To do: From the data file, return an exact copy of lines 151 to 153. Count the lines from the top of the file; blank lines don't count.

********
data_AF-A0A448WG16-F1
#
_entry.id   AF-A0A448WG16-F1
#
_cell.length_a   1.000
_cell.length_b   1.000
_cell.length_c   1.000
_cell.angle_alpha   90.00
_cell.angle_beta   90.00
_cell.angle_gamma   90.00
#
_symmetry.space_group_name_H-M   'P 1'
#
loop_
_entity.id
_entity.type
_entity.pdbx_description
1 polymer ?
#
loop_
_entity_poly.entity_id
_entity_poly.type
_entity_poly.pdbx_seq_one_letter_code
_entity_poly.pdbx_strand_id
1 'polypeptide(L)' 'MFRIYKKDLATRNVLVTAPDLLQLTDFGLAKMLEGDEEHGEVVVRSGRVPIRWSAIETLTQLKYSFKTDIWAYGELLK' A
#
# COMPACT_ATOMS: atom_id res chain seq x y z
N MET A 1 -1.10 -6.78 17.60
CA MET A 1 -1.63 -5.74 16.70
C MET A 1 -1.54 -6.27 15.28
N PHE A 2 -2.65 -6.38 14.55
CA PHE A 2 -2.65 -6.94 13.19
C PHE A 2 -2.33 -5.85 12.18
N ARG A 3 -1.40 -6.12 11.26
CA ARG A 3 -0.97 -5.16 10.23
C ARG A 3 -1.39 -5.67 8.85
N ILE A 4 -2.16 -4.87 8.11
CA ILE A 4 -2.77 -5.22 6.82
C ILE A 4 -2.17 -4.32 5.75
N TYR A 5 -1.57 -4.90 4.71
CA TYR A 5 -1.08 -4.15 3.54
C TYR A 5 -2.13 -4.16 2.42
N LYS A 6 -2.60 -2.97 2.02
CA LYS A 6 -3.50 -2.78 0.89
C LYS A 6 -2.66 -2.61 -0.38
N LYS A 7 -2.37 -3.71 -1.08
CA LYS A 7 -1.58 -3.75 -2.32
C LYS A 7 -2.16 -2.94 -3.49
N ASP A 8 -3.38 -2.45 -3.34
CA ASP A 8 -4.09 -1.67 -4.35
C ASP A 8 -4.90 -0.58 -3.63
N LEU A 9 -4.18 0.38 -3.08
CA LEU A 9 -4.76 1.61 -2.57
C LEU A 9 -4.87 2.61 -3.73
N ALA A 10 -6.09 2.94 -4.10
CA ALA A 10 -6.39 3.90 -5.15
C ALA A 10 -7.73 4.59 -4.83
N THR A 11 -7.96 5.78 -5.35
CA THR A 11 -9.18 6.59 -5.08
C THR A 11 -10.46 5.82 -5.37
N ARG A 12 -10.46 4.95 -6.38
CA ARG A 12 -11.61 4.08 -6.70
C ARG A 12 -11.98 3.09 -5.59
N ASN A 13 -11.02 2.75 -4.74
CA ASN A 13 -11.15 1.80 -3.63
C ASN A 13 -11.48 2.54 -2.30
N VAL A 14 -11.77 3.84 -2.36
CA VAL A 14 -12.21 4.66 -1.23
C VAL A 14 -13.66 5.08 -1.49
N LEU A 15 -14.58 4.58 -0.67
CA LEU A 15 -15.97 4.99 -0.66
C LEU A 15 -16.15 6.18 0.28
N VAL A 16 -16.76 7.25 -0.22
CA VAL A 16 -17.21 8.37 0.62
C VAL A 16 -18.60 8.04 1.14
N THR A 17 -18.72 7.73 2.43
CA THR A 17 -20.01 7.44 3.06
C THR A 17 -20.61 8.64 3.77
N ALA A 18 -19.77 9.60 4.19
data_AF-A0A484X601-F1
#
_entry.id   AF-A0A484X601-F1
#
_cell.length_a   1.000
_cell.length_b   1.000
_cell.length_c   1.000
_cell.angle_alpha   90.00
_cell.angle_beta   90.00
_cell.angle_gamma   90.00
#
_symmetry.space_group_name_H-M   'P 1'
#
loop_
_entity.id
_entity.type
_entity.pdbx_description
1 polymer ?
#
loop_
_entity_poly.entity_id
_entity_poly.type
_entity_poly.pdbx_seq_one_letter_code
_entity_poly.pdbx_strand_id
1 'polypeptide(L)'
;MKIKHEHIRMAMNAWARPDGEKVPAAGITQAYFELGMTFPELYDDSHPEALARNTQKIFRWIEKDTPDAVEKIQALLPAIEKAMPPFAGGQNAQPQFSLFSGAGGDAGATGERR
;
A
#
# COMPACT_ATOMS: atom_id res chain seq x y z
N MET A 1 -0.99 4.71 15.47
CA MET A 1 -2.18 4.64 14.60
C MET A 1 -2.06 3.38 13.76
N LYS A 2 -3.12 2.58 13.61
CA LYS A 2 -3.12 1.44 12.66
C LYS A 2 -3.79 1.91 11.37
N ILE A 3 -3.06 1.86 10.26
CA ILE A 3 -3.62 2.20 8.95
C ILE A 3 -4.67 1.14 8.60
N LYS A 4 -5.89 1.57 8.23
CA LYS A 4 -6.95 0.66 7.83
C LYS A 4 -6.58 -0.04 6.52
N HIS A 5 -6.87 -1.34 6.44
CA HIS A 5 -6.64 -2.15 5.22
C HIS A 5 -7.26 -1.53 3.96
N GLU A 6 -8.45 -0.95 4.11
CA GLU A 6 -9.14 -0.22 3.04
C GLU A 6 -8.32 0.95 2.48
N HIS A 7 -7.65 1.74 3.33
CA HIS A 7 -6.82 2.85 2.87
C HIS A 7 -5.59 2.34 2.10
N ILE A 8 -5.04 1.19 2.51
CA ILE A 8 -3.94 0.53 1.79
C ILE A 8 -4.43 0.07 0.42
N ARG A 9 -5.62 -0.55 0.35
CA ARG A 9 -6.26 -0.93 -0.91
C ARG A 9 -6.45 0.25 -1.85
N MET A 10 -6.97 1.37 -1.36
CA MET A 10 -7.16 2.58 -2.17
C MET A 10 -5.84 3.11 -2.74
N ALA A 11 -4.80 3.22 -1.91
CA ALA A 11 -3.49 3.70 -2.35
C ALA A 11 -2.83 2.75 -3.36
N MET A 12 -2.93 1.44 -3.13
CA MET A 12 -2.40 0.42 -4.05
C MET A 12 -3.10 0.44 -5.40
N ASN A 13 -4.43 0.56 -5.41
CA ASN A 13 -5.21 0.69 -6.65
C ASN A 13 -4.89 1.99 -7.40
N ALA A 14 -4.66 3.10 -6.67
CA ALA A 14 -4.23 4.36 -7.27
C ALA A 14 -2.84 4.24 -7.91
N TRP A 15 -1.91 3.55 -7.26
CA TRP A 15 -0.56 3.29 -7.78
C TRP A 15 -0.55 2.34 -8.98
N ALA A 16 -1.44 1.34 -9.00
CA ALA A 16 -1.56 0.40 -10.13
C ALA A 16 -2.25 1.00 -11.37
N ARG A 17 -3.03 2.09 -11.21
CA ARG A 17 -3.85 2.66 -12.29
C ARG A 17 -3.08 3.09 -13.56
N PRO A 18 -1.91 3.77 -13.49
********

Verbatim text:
C ALA A 14 -2.84 4.24 -7.91
N TRP A 15 -1.91 3.55 -7.26
CA TRP A 15 -0.56 3.29 -7.78